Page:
U.S. States Scramble to Take Your Sports Bets

sports gambling
The Race & Sports SuperBook at the Westgate Las Vegas Resort & Casino is packed with gamblers before bets for Super Bowl LI between the Atlanta Falcons and the New England Patriots were posted on Jan. 26, 2017. Ethan Miller/Getty Images

Much still needs to be hashed out before sports gambling, given a legal blessing on May 14, 2018, by the U.S. Supreme Court, is brought fully out of the black market and into the daylight. With billions of dollars on the table — estimates vary, but $150 billion a year is a good starting point — a lot of people with a lot of different agendas will want a piece of this action.

The states that will mold and implement new sports gambling laws will have their say. The tax collectors will be after their cuts. The casinos and online businesses that will (eventually) take the bets will play a huge part in how a new, legal sports gambling industry is shaped. The sports leagues and, by association, their players will need to weigh in. And of course, the IRS will have its cut.


All will accentuate the positives of the court's decision (more choice for gamblers! more money for everyone!) while, hopefully, bracing for any possible negatives that legal betting on sports might bring. (An uptick in problem gambling? An increase in crime? More pressure on the leagues to keep their games free from fixing?)

These discussions, already taking place in statehouses across the nation, may not be particularly calm or well-measured. That's what happens when so much money is involved.

But with those billions at stake, there's clearly a will. A way won't be far behind.

"I think it's going to depend to some extent on what type of gambling is already legal in each individual state and the perspective of the voters and legislators on gambling," says Doug Walker, a professor of economics at the College of Charleston who specializes in the economics of gambling.

States where games of chance are OK, where big gambling industries already are in place — think Nevada and New Jersey, of course, but include states like Pennsylvania, Louisiana and Illinois — are likely to easily pass sports betting laws, Walker says. Some, in fact, already have laws in place.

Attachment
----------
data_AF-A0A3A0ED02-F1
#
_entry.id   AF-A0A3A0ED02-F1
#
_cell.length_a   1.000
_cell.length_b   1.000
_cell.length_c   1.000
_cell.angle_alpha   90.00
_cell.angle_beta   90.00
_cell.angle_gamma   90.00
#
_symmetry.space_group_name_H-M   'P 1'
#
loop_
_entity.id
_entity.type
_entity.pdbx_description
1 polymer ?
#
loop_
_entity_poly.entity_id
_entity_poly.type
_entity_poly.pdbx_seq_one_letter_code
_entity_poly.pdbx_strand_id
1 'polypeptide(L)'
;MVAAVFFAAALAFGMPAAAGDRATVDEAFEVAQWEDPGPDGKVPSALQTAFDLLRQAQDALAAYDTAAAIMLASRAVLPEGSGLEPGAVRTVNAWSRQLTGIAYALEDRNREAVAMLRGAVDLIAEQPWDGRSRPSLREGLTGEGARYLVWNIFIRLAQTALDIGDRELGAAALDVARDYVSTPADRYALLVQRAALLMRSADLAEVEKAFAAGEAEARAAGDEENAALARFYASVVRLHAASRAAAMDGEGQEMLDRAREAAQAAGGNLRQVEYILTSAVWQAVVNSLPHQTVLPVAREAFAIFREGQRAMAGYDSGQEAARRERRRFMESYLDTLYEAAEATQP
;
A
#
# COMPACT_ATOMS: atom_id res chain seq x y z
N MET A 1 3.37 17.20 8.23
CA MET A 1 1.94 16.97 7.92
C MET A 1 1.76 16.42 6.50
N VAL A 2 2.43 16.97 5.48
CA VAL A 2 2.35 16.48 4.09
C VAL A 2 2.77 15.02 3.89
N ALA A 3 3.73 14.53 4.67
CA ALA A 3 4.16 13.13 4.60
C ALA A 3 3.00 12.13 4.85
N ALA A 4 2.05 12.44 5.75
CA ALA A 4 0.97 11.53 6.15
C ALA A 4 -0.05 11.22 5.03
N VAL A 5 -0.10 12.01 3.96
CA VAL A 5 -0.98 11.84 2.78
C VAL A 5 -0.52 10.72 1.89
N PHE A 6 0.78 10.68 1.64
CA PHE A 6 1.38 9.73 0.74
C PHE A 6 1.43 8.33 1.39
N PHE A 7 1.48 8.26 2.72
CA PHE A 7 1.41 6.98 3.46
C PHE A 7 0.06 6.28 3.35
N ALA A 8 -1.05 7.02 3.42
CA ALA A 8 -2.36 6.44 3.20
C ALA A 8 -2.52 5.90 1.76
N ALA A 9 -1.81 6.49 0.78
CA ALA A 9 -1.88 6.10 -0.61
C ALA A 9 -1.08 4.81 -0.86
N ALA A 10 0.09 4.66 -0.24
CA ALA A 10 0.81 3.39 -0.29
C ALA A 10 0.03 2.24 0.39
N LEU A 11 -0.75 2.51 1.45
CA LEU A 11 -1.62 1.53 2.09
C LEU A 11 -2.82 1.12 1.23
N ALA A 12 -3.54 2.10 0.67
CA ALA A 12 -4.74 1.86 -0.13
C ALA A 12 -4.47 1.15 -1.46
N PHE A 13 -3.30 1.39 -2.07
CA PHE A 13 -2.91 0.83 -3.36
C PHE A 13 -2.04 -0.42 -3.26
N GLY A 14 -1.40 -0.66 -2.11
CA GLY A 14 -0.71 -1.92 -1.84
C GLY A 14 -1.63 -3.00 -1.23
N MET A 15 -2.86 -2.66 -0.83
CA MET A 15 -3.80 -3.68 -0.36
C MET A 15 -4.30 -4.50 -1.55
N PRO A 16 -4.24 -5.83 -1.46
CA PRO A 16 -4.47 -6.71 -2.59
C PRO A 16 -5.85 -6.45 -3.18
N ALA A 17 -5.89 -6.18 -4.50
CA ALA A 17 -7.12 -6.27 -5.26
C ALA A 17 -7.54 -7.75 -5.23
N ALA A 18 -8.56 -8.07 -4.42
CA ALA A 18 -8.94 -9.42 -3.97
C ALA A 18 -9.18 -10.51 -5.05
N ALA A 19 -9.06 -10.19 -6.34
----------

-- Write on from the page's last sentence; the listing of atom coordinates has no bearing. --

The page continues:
Other states such as Georgia or South Carolina may have a more difficult time. "It makes it a little bit more complicated just because it's another type of gambling that states will have to make a decision on," Walker says.

Still, even states not heavily into gambling will be lured by all that money.


Issues to Address

What the Supreme Court did, in early May 2018, was to strike down the Professional and Amateur Sports Protection Act of 1992 (PASPA), which banned commercial sports gambling in most states, now leaving it up to those states to decide on whether to allow betting on pro and amateur sports. PASPA originally was written by Republican Sen. Orrin Hatch of Utah to, as he wrote recently for Sports Illustrated, "insulate athletic organizations from the corrupting influences of sports gambling." More from Hatch in SI:

As the multi-billion dollar gambling industry grows, so too does the likelihood that players will be exposed to bribes, exploitation and other forms of corruption endemic to an environment where sports betting is poorly regulated. Containing this corruption is difficult, not least because a borderless internet makes it all but impossible to enforce state laws across state lines. The rise of fantasy leagues, off-shore websites and online booking have made sports betting opportunities even more prevalent than ever before.

The possibility that the games could be corrupted is something that concerns many, including the sports leagues. The National Basketball Association has floated the idea of culling an "integrity fee" from gambling proceeds. The money would be used to help ensure that NBA games are free from the prying fingers of criminals who would make money off rigged games.